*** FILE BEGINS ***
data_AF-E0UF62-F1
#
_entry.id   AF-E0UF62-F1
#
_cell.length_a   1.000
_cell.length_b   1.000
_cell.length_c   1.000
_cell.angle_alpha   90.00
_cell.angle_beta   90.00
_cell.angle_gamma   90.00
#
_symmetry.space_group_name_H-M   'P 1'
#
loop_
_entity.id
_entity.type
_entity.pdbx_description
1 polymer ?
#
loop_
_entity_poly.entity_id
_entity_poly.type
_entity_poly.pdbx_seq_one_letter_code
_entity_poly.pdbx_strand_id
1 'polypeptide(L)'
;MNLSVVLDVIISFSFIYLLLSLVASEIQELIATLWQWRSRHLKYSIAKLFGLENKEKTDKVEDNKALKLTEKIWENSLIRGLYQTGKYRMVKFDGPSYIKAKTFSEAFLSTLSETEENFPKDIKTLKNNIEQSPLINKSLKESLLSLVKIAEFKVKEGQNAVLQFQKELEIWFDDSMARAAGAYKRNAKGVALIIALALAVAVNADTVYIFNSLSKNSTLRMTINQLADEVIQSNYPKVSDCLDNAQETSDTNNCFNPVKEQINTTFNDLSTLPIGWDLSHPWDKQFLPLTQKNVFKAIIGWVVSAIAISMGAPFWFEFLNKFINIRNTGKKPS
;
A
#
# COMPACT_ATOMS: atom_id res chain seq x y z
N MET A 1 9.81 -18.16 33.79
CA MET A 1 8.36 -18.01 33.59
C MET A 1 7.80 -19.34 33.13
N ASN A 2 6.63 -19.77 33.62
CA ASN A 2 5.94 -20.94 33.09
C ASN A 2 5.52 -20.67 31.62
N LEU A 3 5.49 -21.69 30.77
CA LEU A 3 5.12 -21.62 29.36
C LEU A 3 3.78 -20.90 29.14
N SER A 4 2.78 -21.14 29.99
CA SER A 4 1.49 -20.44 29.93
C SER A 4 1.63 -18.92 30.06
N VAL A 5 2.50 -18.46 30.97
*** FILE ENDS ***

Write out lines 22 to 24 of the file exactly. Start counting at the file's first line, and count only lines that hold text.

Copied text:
_entity_poly.type
_entity_poly.pdbx_seq_one_letter_code
_entity_poly.pdbx_strand_id